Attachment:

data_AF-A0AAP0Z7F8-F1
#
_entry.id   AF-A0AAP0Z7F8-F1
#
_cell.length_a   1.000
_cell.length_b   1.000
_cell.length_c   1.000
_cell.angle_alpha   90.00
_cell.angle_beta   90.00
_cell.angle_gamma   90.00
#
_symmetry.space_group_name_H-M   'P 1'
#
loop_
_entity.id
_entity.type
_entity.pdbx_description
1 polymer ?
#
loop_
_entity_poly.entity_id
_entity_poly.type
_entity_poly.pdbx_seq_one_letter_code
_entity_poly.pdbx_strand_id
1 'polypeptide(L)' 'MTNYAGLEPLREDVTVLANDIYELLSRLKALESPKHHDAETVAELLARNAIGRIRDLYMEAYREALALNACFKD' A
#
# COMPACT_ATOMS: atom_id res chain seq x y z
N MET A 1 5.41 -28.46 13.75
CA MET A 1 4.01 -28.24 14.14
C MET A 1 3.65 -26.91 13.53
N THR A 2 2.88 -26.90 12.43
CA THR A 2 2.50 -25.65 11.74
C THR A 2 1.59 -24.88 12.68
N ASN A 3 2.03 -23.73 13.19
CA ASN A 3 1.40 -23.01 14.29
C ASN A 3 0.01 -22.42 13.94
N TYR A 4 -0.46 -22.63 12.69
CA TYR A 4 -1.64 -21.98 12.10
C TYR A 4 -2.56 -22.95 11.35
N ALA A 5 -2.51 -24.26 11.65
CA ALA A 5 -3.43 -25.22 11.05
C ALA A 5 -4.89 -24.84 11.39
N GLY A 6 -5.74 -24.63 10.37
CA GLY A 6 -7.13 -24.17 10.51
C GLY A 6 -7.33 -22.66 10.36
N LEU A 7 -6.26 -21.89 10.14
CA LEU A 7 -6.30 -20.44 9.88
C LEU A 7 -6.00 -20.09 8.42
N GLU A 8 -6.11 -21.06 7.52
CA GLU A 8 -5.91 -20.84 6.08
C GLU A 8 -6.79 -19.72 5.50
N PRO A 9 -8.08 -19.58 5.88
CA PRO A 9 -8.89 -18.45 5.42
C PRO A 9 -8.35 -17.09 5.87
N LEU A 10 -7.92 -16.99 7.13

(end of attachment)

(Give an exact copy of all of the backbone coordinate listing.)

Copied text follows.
data_AF-A0AAP0Z7F8-F1
#
_entry.id   AF-A0AAP0Z7F8-F1
#
_cell.length_a   1.000
_cell.length_b   1.000
_cell.length_c   1.000
_cell.angle_alpha   90.00
_cell.angle_beta   90.00
_cell.angle_gamma   90.00
#
_symmetry.space_group_name_H-M   'P 1'
#
loop_
_entity.id
_entity.type
_entity.pdbx_description
1 polymer ?
#
loop_
_entity_poly.entity_id
_entity_poly.type
_entity_poly.pdbx_seq_one_letter_code
_entity_poly.pdbx_strand_id
1 'polypeptide(L)' 'MTNYAGLEPLREDVTVLANDIYELLSRLKALESPKHHDAETVAELLARNAIGRIRDLYMEAYREALALNACFKD' A
#
# COMPACT_ATOMS: atom_id res chain seq x y z
N MET A 1 5.41 -28.46 13.75
CA MET A 1 4.01 -28.24 14.14
C MET A 1 3.65 -26.91 13.53
N THR A 2 2.88 -26.90 12.43
CA THR A 2 2.50 -25.65 11.74
C THR A 2 1.59 -24.88 12.68
N ASN A 3 2.03 -23.73 13.19
CA ASN A 3 1.40 -23.01 14.29
C ASN A 3 0.01 -22.42 13.94
N TYR A 4 -0.46 -22.63 12.69
CA TYR A 4 -1.64 -21.98 12.10
C TYR A 4 -2.56 -22.95 11.35
N ALA A 5 -2.51 -24.26 11.65
CA ALA A 5 -3.43 -25.22 11.05
C ALA A 5 -4.89 -24.84 11.39
N GLY A 6 -5.74 -24.63 10.37
CA GLY A 6 -7.13 -24.17 10.51
C GLY A 6 -7.33 -22.66 10.36
N LEU A 7 -6.26 -21.89 10.14
CA LEU A 7 -6.30 -20.44 9.88
C LEU A 7 -6.00 -20.09 8.42
N GLU A 8 -6.11 -21.06 7.52
CA GLU A 8 -5.91 -20.84 6.08
C GLU A 8 -6.79 -19.72 5.50
N PRO A 9 -8.08 -19.58 5.88
CA PRO A 9 -8.89 -18.45 5.42
C PRO A 9 -8.35 -17.09 5.87
N LEU A 10 -7.92 -16.99 7.13